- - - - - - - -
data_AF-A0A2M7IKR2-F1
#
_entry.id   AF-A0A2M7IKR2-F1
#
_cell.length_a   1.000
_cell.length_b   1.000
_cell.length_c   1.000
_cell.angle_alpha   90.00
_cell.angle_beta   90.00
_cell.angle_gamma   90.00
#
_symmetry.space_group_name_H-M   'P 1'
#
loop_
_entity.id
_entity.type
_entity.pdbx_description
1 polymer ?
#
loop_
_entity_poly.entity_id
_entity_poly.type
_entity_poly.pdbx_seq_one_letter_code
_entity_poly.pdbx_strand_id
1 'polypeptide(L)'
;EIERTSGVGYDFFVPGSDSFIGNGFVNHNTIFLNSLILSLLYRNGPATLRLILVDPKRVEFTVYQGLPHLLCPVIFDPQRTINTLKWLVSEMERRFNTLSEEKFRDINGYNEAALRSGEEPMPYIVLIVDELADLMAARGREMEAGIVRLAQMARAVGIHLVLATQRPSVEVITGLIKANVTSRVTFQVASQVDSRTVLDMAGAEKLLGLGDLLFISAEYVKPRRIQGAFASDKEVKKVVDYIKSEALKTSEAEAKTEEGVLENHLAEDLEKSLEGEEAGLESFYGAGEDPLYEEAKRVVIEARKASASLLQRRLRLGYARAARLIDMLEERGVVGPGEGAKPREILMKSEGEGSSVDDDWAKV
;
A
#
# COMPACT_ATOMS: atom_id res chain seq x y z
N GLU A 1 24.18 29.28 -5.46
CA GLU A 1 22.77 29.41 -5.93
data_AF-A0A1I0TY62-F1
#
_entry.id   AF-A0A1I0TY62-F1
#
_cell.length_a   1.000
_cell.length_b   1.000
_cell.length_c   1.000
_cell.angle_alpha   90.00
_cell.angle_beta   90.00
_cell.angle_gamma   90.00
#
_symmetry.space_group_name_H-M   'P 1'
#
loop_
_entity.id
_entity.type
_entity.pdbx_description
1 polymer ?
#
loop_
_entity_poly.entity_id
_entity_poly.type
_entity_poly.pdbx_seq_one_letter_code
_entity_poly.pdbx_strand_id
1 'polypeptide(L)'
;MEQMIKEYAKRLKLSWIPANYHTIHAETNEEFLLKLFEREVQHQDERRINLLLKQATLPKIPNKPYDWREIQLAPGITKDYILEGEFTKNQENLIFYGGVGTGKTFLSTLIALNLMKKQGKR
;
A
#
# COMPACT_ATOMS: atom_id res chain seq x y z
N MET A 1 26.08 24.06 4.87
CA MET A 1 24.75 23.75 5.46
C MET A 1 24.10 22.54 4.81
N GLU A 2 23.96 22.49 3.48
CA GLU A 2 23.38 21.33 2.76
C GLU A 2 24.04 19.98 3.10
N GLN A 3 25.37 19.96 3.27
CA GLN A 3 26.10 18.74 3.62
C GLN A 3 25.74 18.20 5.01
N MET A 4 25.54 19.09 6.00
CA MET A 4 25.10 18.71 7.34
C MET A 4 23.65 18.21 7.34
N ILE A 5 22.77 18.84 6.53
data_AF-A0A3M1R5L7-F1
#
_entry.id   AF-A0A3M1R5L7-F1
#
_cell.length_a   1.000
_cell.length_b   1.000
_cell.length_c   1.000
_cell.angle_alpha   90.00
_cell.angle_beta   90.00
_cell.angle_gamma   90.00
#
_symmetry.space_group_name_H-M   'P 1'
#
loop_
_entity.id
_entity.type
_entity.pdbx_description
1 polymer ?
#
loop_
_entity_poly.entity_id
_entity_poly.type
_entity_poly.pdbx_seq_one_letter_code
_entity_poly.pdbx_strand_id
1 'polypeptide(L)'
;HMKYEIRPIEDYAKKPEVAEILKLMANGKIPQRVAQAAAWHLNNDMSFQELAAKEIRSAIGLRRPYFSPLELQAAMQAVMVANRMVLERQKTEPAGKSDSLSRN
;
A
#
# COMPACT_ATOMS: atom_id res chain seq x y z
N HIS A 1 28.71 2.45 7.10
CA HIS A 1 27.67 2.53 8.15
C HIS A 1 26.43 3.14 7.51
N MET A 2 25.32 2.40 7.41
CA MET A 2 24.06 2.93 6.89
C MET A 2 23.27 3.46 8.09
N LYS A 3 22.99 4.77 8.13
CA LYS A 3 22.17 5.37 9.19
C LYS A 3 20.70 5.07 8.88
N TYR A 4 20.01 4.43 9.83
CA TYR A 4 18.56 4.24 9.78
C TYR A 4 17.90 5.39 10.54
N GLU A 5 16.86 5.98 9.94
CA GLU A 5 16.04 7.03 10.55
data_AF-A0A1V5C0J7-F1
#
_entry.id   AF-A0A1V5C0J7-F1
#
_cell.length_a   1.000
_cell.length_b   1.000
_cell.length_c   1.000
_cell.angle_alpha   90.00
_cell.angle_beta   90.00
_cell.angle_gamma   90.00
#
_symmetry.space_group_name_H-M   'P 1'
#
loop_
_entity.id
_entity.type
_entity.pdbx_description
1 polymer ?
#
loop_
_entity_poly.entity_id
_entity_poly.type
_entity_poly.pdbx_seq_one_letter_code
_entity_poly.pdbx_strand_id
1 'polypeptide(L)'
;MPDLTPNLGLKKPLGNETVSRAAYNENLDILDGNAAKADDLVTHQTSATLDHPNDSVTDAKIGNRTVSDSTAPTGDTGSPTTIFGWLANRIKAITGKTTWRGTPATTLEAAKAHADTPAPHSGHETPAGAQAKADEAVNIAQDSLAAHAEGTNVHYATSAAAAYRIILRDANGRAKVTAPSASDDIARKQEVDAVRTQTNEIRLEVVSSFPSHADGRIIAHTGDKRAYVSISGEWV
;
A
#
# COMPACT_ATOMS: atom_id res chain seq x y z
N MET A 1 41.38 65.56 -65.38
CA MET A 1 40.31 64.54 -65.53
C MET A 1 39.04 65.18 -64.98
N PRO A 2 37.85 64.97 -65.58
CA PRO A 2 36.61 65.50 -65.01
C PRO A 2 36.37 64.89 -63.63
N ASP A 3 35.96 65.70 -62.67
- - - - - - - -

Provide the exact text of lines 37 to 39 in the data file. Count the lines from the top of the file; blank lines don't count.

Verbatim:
_cell.length_a   1.000
_cell.length_b   1.000
_cell.length_c   1.000